Answers: 1) I’ve seen a few other teams do the soccer-ball thing in the hallway before games, but I’ve never seen the Kings do it. It’s all about ping-pong. 2) There’s a lot of different film breakdown that takes place. Coaches obviously watch the most, then they can show stuff to the group in total or break it down in groups. Power-play and penalty-kill units probably have the most meetings, and obviously Bill Ranford spends a lot of individual time with the goalies. 3) No interest in any of those unsigned vets, to my knowledge. They’d rather give the spot to a young player. 4) There are always players who stay on the ice after practice, usually the younger guys. After a morning skate, the guys who are scheduled to be scratched that night — along with the backup goalie — will stay on the ice for quite a while. 5) There’s constant training going on. To the best of my knowledge, every player is pretty much on his own schedule. There’s no “workout time,” per se, but all the players are watched closely by the training and development staff.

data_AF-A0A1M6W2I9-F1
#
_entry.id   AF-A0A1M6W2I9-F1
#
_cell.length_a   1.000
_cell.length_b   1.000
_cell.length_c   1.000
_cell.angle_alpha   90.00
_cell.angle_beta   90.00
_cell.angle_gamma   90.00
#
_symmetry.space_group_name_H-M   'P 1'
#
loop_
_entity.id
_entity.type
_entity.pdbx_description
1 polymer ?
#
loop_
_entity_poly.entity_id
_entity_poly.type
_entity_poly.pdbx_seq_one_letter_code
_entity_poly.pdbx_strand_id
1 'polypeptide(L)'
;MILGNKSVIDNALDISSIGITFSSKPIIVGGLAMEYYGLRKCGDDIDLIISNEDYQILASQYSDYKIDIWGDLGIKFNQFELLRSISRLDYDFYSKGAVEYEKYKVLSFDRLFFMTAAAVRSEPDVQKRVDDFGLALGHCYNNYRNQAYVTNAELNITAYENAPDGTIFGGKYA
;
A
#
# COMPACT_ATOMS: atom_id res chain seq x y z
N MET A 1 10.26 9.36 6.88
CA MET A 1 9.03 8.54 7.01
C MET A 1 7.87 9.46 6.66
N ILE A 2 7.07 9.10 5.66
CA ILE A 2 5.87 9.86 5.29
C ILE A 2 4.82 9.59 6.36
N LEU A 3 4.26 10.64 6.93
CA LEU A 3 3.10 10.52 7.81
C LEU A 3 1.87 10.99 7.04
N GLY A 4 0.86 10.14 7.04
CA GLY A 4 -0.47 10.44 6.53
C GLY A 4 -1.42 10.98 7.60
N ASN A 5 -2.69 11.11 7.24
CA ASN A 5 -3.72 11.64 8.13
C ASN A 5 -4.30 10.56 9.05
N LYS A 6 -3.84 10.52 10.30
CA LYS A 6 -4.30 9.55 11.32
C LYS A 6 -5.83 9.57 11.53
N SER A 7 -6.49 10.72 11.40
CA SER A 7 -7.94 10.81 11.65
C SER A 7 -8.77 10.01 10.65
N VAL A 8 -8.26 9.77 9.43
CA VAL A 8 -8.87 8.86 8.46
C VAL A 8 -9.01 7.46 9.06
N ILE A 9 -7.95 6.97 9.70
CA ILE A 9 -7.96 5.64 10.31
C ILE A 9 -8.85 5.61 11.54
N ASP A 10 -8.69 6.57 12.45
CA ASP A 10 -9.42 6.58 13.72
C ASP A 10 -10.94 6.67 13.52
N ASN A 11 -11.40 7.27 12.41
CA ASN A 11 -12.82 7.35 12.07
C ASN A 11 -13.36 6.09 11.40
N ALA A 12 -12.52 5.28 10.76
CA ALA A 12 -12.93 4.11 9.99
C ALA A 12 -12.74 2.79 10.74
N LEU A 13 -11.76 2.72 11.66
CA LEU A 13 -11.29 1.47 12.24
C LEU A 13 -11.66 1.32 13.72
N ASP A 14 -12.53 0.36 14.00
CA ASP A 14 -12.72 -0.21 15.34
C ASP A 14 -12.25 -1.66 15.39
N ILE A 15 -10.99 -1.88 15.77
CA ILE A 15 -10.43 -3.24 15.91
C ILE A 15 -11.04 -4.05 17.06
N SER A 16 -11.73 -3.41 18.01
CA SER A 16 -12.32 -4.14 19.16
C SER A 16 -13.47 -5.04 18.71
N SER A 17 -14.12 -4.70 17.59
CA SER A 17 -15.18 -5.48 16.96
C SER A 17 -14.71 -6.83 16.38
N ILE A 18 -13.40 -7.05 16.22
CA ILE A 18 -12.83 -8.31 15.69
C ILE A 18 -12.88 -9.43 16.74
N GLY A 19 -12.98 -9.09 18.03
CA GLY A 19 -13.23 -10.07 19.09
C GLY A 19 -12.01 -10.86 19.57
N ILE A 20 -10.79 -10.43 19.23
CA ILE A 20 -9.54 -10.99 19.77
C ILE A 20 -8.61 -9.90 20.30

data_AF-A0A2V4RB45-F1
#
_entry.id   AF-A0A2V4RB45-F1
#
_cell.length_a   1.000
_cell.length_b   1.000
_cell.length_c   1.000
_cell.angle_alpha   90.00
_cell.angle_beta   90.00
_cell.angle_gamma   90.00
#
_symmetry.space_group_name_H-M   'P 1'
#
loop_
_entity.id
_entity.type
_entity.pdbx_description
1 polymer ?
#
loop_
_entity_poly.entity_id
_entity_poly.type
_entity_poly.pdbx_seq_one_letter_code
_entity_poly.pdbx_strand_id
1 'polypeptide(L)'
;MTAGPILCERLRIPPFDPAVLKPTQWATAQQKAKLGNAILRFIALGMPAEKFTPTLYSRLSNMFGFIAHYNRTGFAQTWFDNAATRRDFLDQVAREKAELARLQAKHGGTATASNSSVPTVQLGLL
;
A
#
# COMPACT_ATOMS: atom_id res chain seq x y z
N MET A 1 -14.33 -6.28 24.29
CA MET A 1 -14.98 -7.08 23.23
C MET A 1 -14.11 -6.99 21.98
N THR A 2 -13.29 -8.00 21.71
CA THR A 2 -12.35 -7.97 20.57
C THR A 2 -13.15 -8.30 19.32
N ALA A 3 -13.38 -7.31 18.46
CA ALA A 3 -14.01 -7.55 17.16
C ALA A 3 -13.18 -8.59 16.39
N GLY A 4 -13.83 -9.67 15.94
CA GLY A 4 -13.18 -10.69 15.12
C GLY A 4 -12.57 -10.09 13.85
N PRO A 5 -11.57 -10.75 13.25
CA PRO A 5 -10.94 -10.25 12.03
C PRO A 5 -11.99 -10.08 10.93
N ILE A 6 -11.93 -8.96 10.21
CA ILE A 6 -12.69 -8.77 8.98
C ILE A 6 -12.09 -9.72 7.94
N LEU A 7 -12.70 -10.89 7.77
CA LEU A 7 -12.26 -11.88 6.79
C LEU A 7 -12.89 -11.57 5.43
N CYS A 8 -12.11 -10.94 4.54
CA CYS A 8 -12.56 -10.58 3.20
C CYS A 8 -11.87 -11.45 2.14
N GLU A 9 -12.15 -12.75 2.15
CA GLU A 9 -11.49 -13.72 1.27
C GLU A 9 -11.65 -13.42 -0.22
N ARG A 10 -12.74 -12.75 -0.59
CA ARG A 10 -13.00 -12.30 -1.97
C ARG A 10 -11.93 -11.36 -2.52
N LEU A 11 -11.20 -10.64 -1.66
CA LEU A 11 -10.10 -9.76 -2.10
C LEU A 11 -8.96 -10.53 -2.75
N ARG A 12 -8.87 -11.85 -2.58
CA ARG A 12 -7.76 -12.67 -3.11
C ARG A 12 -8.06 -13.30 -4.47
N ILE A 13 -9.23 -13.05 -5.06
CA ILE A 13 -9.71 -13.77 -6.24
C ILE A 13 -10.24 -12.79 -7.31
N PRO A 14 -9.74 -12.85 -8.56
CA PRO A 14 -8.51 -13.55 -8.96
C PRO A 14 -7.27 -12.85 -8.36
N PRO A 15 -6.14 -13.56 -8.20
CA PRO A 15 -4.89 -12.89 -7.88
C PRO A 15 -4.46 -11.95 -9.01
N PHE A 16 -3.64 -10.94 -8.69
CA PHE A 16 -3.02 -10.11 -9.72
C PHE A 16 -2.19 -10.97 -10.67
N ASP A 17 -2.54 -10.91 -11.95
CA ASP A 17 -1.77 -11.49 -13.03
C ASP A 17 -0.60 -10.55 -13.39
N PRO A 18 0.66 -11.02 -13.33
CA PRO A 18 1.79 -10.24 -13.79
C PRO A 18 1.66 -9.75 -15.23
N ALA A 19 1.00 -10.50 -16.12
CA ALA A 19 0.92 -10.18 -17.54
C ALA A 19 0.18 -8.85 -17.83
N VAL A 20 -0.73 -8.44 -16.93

Question: did Calder tip Brown’s goal last night? I didn’t think so, but someone tells me he did. I have yet to go back and watch for myself.
Answer: I got an e-mail question on that as well. Unfortunately, the press box offers the absolute worst view. We’re miles from the ice and have to squint to watch a TV replay. I’ve yet to watch an up-close replay of the goal, but all of the goals are looked at, so if Calder touched it, I’m surprised the league didn’t catch it.
Question: Has the ice been any better since the NHL-Ice guy was here last month?
Answer: I personally haven’t noticed any difference, and the players never complained about it before so I haven’t heard anything different from them either.